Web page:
MadSci Network: Chemistry

Re: what makes light from wintergreen lifesavers

Date: Tue Dec 21 13:33:49 1999
Posted By: Arnold Anderson, Staff, Tribology/Friction systems, retired (Ford Scientific Laboratory)
Area of science: Chemistry
ID: 945537287.Ch

Kyle and Joey;

You asked why wintergreen lifesavers made light when you chewed them, but not when you sucked on them. Wint-O-Green Lifesavers(TM) emit blue light flashes when they are bitten. The light flashes are dim, so you must observe them in the dark, after your eyes are dark-adapted. The name for this form of light is triboluminescence (pronounced try-bow-loom-in-ess-ence). Luminescence refers to light that is generated without high temperatures. Tribo is from the Greek word for rubbing. This should give you a clue as to the source of your light flashes.

There are several ways that light may result from rubbing. One comes from the hot spots made by the friction of rubbing. This is called incandescence. You may have seen sparks from a grinding wheel, or even from a metal object dragging from a car or truck. Early man used frictional heating to start fires. Even if you bit down hard and fast, this would only produce an orange colored light. Your light was blue, like a spark.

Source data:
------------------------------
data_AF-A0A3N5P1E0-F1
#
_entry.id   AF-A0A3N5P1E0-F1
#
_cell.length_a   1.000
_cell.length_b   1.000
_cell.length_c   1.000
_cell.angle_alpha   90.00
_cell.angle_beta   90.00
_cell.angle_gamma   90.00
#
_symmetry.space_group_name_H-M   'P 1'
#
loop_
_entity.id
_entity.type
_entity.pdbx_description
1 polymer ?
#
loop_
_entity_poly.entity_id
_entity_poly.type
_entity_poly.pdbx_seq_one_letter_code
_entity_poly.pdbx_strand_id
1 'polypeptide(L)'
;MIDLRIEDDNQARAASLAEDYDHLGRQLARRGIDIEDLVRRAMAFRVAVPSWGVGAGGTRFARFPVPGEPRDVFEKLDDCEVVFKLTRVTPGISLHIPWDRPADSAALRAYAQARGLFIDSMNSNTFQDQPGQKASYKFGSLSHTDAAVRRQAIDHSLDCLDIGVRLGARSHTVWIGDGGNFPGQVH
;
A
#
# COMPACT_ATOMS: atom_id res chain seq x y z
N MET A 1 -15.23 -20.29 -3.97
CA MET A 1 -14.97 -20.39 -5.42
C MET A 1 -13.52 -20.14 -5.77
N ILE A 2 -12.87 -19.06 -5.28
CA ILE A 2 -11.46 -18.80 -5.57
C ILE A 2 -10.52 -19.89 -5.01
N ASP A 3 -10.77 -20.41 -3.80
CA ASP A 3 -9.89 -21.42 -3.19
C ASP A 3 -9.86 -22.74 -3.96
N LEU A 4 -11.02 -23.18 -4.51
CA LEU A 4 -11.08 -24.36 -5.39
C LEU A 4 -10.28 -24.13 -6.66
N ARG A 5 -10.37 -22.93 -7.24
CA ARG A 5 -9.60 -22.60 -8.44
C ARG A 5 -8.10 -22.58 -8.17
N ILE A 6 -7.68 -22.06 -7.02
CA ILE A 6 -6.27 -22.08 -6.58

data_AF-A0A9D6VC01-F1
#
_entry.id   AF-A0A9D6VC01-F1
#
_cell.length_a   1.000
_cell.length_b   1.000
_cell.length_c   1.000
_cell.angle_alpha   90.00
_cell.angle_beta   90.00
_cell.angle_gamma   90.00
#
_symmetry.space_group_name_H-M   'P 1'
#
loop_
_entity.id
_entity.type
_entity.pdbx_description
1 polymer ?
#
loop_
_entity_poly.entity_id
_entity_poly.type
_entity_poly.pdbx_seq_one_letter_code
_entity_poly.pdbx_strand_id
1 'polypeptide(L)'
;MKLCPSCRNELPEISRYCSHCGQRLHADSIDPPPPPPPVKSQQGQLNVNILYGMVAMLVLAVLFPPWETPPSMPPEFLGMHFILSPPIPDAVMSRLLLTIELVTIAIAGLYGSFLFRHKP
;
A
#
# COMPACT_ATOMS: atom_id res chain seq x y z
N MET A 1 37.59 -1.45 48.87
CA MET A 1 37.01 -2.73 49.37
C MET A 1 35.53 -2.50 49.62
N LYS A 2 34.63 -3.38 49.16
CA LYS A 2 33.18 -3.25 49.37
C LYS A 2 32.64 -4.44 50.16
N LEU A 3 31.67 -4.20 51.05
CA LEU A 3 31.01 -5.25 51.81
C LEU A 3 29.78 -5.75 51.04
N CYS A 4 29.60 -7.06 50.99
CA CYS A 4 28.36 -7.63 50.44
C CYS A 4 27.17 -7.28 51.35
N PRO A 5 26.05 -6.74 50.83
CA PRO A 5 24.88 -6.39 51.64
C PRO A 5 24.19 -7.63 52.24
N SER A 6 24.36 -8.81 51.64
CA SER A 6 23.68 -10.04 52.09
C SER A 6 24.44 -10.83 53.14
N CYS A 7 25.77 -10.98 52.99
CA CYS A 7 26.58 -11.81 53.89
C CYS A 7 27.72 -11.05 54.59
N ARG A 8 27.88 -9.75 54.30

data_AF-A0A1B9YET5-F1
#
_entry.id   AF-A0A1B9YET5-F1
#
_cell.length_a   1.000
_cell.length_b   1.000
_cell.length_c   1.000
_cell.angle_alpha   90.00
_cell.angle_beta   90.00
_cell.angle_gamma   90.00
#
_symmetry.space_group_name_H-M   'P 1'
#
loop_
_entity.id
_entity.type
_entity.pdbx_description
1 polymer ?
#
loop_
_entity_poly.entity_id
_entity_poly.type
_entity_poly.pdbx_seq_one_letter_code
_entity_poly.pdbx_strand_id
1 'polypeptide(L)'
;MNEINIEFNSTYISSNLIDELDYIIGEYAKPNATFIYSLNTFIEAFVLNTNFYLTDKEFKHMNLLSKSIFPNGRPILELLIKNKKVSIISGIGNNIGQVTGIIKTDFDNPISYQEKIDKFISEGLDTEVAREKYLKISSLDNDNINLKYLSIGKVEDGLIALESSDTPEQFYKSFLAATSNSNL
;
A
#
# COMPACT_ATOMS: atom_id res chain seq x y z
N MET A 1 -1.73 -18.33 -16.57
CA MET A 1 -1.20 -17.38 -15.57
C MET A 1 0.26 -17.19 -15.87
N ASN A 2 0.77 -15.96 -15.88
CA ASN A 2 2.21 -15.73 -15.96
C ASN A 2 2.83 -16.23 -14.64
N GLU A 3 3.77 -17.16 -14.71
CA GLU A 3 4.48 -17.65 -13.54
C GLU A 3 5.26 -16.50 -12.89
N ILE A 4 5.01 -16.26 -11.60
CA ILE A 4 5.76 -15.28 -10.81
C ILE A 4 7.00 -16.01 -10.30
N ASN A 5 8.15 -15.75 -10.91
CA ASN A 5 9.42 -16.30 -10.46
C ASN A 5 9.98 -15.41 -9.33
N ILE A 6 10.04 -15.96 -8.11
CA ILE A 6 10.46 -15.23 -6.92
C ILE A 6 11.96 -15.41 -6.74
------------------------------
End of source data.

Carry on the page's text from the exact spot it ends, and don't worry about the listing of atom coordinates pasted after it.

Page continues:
Sparks are a second way light results from rubbing. You have seen many forms of this. Lightning is a grand form of this, using the friction of moving air. On a much smaller scale are the static electric sparks, in dry air, from combing your hair, or quickly rubbing some fabrics. Even rapid removal of adhesive tapes may produce visible sparks.

Some of what you saw resulted from tiny sparks as you fractured sugar crystals with your teeth. However, much of the energy in the sparks is not visible to our eyes. It is in the ultraviolet range. However, you said that you were eating Wintergreen mints. Wintergreen flavor comes from an oily chemical called methyl salicylate. This chemical, and several others, absorbs light that we cannot see, and returns it as light that we can see. Wintergreen fluoresced the blue light that you saw.

Since you have access to the Internet, you may wish to look up the following sites. They are written at the high school level. You two appear to be very bright, so you should enjoy this added information. The site of Professor Sweeting has some excellent photographs of the blue sparks, and includes some experiments that you might wish to try yourselves.

"Scientific Experiments At Home: Wintergreen Candy And Other Triboluminescent Materials" by Linda M. Sweeting

"Impurities give crystals that special glow," by C. Wu , Science News, May 17, 1997

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